It’s the size of the dongle
Asus announced this week that they are offering a free “dongle” to fix the GPS problems with their flagship Transformer Prime. Here’s how they describe it:
Although the Transformer Prime is not a professional GPS device, as part of our unwavering commitment to customers we are offering all Transformer Prime owners a free external GPS extension kit, called a dongle, which may help improve signal reception and optimize the user experience
I was curious if the Prime was advertised as having GPS from the get-go so I headed to the Asus page for the Transformer Prime to see what it said. It’s not very surprising to find the term “GPS” missing from sensor listing.
Sensor G-Sensor, Light Sensor, Gyroscope, E-compass
It would seem that they dropped GPS from the listing sometime around the beginning of January according to RegHardware. Early on, Asus refers to a GPS module as evidenced by this posting on their UK site. They even went so far as to release a software update in January to try to fix some aspects of the GPS as reported by AnandTech.
For an in depth look, check out this AnandTech article where they ultimately blame the aluminum construction for the poor WiFi and GPS signal. The original Transformer was housed in plastic and still declares GPS as a function on the specification page.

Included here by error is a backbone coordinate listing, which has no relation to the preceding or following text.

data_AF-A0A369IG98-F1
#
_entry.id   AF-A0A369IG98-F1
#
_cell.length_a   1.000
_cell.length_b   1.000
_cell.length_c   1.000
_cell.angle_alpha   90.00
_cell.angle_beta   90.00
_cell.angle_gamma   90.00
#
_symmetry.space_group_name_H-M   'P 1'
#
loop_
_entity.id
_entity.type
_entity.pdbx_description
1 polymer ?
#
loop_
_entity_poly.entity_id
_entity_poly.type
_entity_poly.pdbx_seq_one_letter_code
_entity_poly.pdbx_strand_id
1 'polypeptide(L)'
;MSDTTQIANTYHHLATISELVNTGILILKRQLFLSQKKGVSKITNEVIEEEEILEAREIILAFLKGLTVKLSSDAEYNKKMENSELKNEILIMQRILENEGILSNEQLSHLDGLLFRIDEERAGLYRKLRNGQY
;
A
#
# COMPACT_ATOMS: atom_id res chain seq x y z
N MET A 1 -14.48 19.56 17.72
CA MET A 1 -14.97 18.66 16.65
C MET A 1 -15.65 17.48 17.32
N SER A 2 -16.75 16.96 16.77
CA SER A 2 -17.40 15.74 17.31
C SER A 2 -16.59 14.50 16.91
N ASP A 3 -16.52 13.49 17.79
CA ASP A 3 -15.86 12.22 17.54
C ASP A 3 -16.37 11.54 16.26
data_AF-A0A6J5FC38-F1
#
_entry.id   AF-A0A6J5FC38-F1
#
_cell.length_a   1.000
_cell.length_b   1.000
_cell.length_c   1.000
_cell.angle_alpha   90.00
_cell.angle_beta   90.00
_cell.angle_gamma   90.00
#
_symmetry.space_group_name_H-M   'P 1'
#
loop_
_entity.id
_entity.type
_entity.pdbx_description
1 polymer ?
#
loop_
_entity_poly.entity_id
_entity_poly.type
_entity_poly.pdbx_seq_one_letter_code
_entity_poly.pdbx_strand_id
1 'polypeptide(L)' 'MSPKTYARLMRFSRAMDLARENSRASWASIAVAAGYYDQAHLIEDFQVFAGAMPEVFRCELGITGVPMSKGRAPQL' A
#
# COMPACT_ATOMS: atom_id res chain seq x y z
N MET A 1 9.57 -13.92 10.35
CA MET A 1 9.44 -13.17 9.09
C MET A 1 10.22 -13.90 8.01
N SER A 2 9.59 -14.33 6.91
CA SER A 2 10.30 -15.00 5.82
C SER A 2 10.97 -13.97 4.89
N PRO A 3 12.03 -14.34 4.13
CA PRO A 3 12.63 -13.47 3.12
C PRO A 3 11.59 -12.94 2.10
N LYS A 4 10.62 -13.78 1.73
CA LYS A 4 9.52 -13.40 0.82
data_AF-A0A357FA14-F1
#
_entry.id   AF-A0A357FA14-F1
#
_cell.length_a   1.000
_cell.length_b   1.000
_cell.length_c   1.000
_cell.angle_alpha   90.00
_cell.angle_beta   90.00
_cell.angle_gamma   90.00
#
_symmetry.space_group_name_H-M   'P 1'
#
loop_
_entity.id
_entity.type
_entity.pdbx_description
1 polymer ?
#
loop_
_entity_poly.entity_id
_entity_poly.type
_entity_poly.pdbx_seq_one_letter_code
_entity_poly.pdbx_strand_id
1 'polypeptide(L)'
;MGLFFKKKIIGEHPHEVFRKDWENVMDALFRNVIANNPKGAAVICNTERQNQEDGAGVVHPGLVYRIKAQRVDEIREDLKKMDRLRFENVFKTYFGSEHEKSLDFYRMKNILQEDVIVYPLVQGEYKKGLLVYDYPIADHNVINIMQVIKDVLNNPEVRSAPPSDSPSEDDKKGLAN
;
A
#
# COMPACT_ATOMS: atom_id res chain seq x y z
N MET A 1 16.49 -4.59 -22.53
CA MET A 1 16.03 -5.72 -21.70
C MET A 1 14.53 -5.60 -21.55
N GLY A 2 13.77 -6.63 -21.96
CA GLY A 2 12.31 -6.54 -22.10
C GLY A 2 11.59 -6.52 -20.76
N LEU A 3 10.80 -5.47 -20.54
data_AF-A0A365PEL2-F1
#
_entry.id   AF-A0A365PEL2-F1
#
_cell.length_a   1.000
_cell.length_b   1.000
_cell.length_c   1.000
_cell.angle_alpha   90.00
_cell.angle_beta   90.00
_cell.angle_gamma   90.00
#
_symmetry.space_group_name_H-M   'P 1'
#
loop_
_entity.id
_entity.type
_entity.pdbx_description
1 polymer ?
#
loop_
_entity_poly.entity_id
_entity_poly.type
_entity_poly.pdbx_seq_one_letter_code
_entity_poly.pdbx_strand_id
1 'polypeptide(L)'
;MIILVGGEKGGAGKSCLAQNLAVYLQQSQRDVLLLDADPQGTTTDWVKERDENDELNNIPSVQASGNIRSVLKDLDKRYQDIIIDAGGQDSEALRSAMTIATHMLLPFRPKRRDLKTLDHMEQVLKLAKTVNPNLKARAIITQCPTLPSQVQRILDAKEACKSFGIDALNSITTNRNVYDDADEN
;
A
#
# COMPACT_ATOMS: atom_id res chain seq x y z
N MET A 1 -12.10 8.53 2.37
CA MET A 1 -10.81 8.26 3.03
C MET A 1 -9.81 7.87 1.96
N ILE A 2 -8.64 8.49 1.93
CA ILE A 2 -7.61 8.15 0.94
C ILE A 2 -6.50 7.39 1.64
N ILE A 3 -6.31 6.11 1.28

It’s fairly obvious that Asus fully intended to have GPS as a feature on the Prime. In fact a lot of retailers still list GPS in the feature list, see Best Buy for example. Ultimately it seems that instead of owning up to their engineering failure, they intend to “fix” it with a dongle that ruins the Transformer Prime’s sleek lines. Even better, you get to chose between working GPS or using the keyboard dock.
Take a look at this thing!
As expected, Asus is patting themselves on the back for how they handled this.
ASUS prides itself on delivering an unrivaled user experience, and we offer our sincere apologies for any inconvenience that our customers may have encountered.
Asus screwed up and instead of owning their mistake, they’ll kindly send you an ugly piece of plastic and insinuate that you expected too much of their product despite what their spec sheet said. The proper reaction would have been to immediately offer refunds to anyone who bought a Prime and is unhappy with the GPS performance. Even better, they should have locked their best engineers in a room until they came up with a real fix. The fact they think this is a solution is laughable.